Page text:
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Page 66


www.us-tech.com


September, 2021


Battery Development: Saving Today’s Energy for Tomorrow’s Tech


By Cindy Millsaps, CEO, Energy Assurance A


cornerstone of technology develop- ment, batteries are ubiquitous, though often unseen. Americans alone pur-


chase nearly three billion dry-cell batteries annually, and nearly 100 million wet-cell batteries are produced each year. This industry is anything but stagnant,


and yesterday’s battery solutions won’t power the future in the way they powered the past. Battery technology is moving rapidly forward, and better batteries are both emerg- ing and emergent.


30 MW grid energy storage facility in San Diego.


Four major ways in which the battery


industry is changing and improving include device miniaturization, charging speed, grid storage, and overall production capacity.


Smaller Size, Greater Power Many of today’s most popular consumer


technologies require small but powerful bat- tery solutions. That’s why battery developers are investing heavily in order to fit their bat- tery technology in an ever-shrinking package without reducing output or performance. In fact, a recent Gartner


anal ysis found that battery improvements are al ready driving consumer spending on wearables, increasing spending on smart- watches by nearly 20 percent last year.


At the same time, many car


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companies have publicly an - nounced an ambitious transition to all-electric vehicle production in the near future. To this end, as a Wall Street Journal headline succinctly described, “the key to electric cars is batteries.” In other words, smaller and more capable batteries will power this automotive transition, allowing car manufacturers to create elec- tric vehicles (EVs) that will go farther and faster. As an example of the bur-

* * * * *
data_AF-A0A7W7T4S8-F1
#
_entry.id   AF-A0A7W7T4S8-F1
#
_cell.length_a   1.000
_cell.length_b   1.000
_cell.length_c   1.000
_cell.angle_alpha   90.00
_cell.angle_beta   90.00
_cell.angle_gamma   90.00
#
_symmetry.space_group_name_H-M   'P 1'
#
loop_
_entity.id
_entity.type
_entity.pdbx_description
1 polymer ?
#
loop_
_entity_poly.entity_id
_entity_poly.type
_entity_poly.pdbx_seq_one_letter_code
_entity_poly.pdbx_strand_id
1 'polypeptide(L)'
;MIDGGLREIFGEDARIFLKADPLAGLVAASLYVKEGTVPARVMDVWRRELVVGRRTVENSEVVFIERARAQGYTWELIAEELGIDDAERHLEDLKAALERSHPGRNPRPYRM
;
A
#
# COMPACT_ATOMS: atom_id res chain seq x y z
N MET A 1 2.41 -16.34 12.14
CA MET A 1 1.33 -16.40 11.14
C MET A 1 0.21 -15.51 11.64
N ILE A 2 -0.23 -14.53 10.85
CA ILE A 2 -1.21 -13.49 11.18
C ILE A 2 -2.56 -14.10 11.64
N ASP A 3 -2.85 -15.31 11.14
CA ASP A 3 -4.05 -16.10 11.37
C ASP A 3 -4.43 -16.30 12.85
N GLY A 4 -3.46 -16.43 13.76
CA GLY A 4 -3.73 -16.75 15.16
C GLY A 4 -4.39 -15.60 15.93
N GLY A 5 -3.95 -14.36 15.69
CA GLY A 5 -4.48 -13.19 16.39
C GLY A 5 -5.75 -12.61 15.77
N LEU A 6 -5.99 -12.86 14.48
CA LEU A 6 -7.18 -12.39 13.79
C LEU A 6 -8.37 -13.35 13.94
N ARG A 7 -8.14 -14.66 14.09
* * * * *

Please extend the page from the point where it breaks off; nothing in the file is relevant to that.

geoning popularity of electric vehicles, Maia Research, an international market consulting company, predicts that the global automotive battery-testing mar- ket could exceed $2 billion by 2027, with automotive battery testing expected to grow by 29 percent annually between 2021 and 2027. At the same time, developers


Overlap check of


lithium-ion battery anodes scanned by YXLON FF85 CT


also continue to experiment with new battery chemistries, allow- ing companies to produce better, more reliable batteries with mul- tiple use cases across disparate industries — not just automotive. When coupled with the ever-


expanding capabilities of AI and other related technologies, bat- tery technology is improving across the board. Most importantly, these


smal ler, better-constructed batter- ies promise to be safer than their predecessors. At times, electric vehicles


have been plagued by safety con- cerns, forcing auto manufactur- ers to issue recalls that dampen consumer optimism, reduce con- fidence, and hinder electric vehi- cle proliferation. Next generation battery technology includes self- healing lithium batteries and other chemical constructions that help to reduce risk and improve overall safety standards. Taken together, developers, manufacturers, as well as con- sumers can expect smaller, bet- ter, safer batteries that can meet


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